Japanese business leaders visit China
Updated: 2013-11-20 08:07
By Zhang Yunbi (China Daily)
Entrepreneurs seek better economic bonds despite diplomatic deadlock
More than 100 influential Japanese entrepreneurs are visiting China in search of business opportunities brought about by Chinese economic reforms, and they appear to be increasing pressure on the hard-line Japanese prime minister to rein in his government's hostility toward China.
Abenomics, an economic stimulus package proposed by Japanese Prime Minister Shinzo Abe, is being challenged by sluggish demand from outside Japan, and mending strained ties with Beijing is a pragmatic choice for those seeking to boost the economy, observers said.
"Promoting the healthy and stable development of the China-Japan relationship conforms to the interests of the two peoples," Vice-Premier Wang Yang told the visiting delegation on Tuesday.
Wang expressed his hopes for deeper cooperation on economic and trade dimensions and urged Tokyo to "face up to and properly handle relevant major issues".
In a trip spanning from Monday to Sunday, the group is led by Fujio Cho, chairman of the Japan-China Economic Association and honorary chairman of Toyota Motor Corporation.
The Japanese entrepreneurs have come to "seek a turnaround of the China-Japan relationship and bring an end to the already lose-lose situation", said Zhang Jifeng, from the Institute of Japan Studies at the Chinese Academy of Social Sciences.
Ties between the world's second and third-largest economies have been strained for more than 14 months, ever since the Japanese government unilaterally announced that it had "nationalized" part of China's Diaoyu islands last September.
"Bilateral trade is still far from returning to normal, despite the positive signals sent out by the latest statistics and economic indicators," Zhang said.
Foreign direct investment from Japan in the Chinese mainland gained 6.31 percent year-on-year in the period from January to October, according to the Ministry of Commerce.
Yet ministry spokesman Shen Danyang also said that China's trade with Japan has declined by 7 percent in the first 10 months this year in comparison with the same period last year.
"The year 2012 witnessed an annual drop in bilateral trade of 3.9 percent, and the figure this year may rise to more than 7 percent. The annual FDI growth from Japan this year is also drastically shrinking, because the figure in 2011 was close to 50 percent," Zhang said.
Jiang Ruiping, an expert on the Japanese economy and vice-president of China Foreign Affairs University, said Japanese businessmen demonstrated a willingness to thaw the relationship when the political deadlock started, but Abe and key cabinet members have continued their aggressive posturing toward China.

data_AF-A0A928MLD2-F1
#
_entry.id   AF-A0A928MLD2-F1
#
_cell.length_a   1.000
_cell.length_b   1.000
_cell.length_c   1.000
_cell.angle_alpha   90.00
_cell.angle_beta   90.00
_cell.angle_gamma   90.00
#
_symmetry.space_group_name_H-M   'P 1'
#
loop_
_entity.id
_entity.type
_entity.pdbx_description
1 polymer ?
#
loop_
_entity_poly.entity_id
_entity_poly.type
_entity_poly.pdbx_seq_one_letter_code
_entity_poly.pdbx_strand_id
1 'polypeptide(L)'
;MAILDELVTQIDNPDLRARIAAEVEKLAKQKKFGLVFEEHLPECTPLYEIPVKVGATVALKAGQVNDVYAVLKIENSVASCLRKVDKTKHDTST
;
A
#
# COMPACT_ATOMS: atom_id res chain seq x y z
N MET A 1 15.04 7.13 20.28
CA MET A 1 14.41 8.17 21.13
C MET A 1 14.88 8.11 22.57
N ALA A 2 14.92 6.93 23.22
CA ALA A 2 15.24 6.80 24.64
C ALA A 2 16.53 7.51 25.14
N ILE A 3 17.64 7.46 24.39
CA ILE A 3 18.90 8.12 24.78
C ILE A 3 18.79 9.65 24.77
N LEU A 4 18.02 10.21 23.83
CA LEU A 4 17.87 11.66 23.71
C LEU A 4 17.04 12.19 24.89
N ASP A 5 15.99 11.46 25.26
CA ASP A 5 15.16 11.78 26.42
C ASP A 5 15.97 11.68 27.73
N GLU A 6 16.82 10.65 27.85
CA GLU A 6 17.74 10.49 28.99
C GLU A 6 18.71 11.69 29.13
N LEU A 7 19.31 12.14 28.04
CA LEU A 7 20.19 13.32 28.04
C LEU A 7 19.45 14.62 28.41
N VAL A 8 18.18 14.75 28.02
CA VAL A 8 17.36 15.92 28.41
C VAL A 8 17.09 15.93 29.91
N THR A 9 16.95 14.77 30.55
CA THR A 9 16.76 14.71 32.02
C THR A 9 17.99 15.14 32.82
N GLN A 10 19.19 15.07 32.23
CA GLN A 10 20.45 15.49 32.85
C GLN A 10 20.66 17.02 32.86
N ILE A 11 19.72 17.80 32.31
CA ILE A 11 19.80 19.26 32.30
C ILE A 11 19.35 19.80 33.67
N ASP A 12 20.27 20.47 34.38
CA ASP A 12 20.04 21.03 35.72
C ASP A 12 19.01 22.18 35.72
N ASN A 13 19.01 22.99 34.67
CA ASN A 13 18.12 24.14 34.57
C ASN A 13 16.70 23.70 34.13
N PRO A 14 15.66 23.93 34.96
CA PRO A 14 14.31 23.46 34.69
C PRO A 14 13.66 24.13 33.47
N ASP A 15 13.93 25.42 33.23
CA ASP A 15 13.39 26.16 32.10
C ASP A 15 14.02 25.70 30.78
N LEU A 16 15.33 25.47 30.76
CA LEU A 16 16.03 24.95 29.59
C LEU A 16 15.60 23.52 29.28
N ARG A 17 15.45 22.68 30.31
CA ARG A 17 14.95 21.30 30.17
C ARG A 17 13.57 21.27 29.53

Hiromasa Yonekura, chairman of the Japan Business Federation and a member of the visiting delegation, described the efforts at exploring the future of the bilateral relationship as "indispensable".
Yet during his trip to Cambodia and Laos last weekend, Abe called for maritime cooperation with the clear aim of "containing China's maritime presence", Japanese media commented.
"The big shots of Japanese industry are visiting China on such a large scale to increase pressure on the Abe Cabinet to refrain from provocations. But we cannot place too much hope in the subsequent lobbying in Tokyo because the politicians are now acting quite independently from the business advisors," Jiang said.
Beijing outlined a blueprint for future reforms, with more than 300 reform measures adopted unanimously at the Third Plenary Session of the 18th Communist Party of China Central Committee on Nov 12.
China has sent a clear signal of its intention to expand economic reforms in the following decade, and the visiting delegation has clearly made up its mind to seek policy interpretations from Chinese leaders, Jiang said.
"The Japanese industrial players do not want to lose out on a piece of China's economic cake and they are wondering where China is heading," he said.
One of the aims of the Japanese visit is to encourage demand from China, because the Japanese economy has suffered "an increasing trade deficit", while at the same time the Japanese yen continues to depreciate, said Xu Changwen, a research scholar with the Chinese Academy of International Trade and Economic Cooperation under the Ministry of Commerce.
"The right-wing mentality is spreading within Japanese domestic politics, and Japan has worsened its relations with its neighbors due to historical and territorial issues, which further impacts on the economic indicators," Xu said.
According to Zhang, a major improvement in relations with Tokyo in the near future is unlikely and Japan should implement an economic stimulus package by coordinating politics and diplomacy efforts.
"Unfortunately, the Abe Cabinet is doing the opposite," he said.